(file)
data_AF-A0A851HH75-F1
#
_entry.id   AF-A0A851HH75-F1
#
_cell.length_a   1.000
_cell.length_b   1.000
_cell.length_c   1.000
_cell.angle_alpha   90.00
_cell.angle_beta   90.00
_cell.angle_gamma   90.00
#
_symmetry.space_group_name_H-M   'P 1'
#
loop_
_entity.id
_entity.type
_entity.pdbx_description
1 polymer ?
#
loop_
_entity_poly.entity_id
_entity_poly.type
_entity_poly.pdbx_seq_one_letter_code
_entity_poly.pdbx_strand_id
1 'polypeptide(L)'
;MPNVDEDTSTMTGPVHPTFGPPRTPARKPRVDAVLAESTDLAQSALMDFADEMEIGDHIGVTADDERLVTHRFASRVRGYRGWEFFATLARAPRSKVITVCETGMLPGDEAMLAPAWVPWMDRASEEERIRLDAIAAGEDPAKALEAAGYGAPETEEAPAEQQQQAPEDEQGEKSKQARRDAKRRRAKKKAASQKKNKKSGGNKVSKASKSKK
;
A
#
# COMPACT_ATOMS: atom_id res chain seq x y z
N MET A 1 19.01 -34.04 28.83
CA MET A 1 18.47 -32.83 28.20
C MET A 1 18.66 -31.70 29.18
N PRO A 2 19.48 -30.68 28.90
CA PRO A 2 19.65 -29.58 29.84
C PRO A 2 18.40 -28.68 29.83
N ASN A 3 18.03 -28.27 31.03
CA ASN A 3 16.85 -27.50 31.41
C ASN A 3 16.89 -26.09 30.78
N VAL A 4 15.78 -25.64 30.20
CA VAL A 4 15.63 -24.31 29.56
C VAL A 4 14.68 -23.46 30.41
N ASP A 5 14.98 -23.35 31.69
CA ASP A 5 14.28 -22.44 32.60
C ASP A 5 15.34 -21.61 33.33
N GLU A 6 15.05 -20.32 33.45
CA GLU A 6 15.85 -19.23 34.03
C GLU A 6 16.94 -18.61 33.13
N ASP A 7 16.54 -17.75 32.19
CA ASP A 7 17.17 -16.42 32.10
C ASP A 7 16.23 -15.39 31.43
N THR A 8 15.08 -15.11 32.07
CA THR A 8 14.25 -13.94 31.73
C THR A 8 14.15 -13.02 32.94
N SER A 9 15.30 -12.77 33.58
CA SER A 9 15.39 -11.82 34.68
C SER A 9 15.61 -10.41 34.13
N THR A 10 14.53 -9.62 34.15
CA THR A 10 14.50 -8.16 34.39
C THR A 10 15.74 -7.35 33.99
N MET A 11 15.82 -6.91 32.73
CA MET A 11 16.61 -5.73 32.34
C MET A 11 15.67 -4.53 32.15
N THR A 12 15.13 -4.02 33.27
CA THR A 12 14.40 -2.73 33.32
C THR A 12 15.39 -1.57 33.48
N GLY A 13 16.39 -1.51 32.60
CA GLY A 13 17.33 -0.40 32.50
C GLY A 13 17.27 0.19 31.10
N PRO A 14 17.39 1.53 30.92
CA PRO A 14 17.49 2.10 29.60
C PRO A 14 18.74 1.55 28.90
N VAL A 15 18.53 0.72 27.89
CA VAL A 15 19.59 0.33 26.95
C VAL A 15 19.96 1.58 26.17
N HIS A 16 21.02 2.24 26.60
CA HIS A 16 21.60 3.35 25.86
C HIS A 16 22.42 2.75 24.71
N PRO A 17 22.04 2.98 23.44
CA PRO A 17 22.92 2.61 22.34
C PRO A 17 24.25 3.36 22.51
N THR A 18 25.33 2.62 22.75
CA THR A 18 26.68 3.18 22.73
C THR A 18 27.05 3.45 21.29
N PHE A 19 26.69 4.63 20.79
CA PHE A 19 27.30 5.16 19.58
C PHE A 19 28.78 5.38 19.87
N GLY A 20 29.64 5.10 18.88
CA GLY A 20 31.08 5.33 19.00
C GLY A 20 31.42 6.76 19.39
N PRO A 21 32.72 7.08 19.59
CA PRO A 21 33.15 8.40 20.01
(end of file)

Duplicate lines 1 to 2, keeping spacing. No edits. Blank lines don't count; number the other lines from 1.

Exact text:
data_AF-A0A851HH75-F1
#